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Employee Benefits

How Critical Are Data and Technology to Employee Benefits?

Jeff Kirke
Jeff Kirke
Vice President, Employee Benefits

To say 2022 was full of challenges would be an understatement. Everything from the Great Resignation to inflation to mass layoffs were front and center, and the issues touched nearly every sector of the business world — not to mention the insurance industry.

As an article in BenefitsPro stated, “In the face of economic uncertainty, there’s less appetite for risk. Rising health care costs, a looming recession, and a cooling labor market are just some of the factors already influencing benefits in 2023.”

In fact, in that same article, the author lays out the five trends they think will define benefits in 2023:

  1. Data quality will take center stage.
  2. Employees will prioritize choice in their benefits.
  3. Benefits buyers will look for proven outcomes.
  4. All-in-one business models will set a new standard.
  5. Consolidation and acquisitions will alter the landscape.

If you want to read further on any of these trends, I encourage you to click here. That being said, I agree with what the author outlined, but I want to dive a bit deeper, specifically on the data and technology trend.

The Pressure Is on for Data and Technology in Insurance

Knowledge is power, and it will be important for employees to learn more about their employee benefits options to make better decisions on what will work for them and their families. One way you can get this information is via actionable insights from the largest claims database in the country — Garner.

Here’s why I say this and point to this tool as being worth it — employers’ traditional methods of healthcare cost containment, such as increasing deductibles, have been exhausted as the average family budget is maxed out and employers strive to remain competitive in recruiting and retaining talent.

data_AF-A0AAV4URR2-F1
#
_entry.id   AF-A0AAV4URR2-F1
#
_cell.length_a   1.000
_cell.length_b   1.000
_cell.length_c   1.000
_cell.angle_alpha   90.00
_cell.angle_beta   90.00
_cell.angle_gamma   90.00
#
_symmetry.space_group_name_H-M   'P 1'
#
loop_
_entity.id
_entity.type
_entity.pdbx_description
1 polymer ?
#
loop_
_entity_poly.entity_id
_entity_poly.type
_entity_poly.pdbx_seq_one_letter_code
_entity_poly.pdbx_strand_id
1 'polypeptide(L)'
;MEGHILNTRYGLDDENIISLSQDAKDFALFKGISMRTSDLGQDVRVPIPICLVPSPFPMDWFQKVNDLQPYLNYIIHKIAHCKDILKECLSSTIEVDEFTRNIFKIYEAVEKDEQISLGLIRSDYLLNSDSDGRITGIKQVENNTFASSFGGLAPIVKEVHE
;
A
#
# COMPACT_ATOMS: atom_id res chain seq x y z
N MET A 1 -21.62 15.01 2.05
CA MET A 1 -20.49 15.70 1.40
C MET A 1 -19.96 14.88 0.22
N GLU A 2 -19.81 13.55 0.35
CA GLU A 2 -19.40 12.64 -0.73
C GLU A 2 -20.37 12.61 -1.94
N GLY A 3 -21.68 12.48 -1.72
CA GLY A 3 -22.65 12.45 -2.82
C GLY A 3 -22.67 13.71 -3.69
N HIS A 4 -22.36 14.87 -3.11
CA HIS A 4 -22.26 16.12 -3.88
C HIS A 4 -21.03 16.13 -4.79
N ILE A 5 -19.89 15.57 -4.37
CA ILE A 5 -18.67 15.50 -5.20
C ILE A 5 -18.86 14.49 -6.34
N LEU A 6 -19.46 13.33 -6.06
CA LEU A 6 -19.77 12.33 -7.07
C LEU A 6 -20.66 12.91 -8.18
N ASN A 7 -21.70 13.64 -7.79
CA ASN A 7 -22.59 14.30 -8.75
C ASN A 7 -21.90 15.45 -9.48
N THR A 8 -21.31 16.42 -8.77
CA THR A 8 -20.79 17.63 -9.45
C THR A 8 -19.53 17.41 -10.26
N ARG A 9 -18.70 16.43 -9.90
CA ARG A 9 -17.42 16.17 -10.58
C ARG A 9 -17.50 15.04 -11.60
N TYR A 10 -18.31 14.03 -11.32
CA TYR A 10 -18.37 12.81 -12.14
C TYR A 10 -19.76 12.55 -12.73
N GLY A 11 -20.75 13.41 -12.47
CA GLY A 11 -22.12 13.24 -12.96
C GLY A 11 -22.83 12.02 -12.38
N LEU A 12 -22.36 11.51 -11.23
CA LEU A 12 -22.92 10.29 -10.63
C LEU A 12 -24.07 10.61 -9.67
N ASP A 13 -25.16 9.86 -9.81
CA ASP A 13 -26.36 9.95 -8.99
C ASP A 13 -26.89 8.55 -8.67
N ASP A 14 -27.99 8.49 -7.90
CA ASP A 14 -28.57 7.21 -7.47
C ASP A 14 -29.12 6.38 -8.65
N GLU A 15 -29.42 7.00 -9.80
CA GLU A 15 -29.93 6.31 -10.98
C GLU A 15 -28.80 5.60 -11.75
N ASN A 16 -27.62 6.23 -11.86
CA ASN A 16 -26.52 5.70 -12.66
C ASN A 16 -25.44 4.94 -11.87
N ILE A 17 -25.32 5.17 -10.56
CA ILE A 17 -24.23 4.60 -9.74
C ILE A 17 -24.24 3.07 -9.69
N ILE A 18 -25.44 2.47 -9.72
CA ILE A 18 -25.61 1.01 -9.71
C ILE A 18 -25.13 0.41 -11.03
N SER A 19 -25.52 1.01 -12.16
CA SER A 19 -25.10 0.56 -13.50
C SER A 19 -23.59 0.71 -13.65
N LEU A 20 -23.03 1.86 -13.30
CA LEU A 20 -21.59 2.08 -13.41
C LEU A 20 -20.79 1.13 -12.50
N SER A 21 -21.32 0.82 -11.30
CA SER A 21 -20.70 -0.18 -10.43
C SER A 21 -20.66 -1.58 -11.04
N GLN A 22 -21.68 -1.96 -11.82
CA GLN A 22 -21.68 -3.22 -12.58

So, then, the question becomes, “what can employers do to curb ever-rising healthcare costs without shifting the burden to employees, particularly when the economy is weakening and employers look to cut costs across the board?”

This is where Garner comes in. Garner has compiled the largest claims database in the country and analyzed the care journeys of more than 310 million patients. Garner is a health technology company that helps employees find the best doctors in their community and is an innovative tool to power data-driven provider referrals. Garner can lower out-of-pocket spending for employees and save employers 10 percent or more on overall health benefits costs.

I could write a whole blog about Garner and its usefulness in the employee benefits data analysis and cost space, but instead, I encourage you to check out their website.

You can also reach out to our employee benefits experts for more information, as we’re happy to help! The key thing here is the need to eliminate barriers and connect people to the highest quality of care, and that’s what continues to fuel Holmes Murphy and our drive to create the best employee benefits experience possible.

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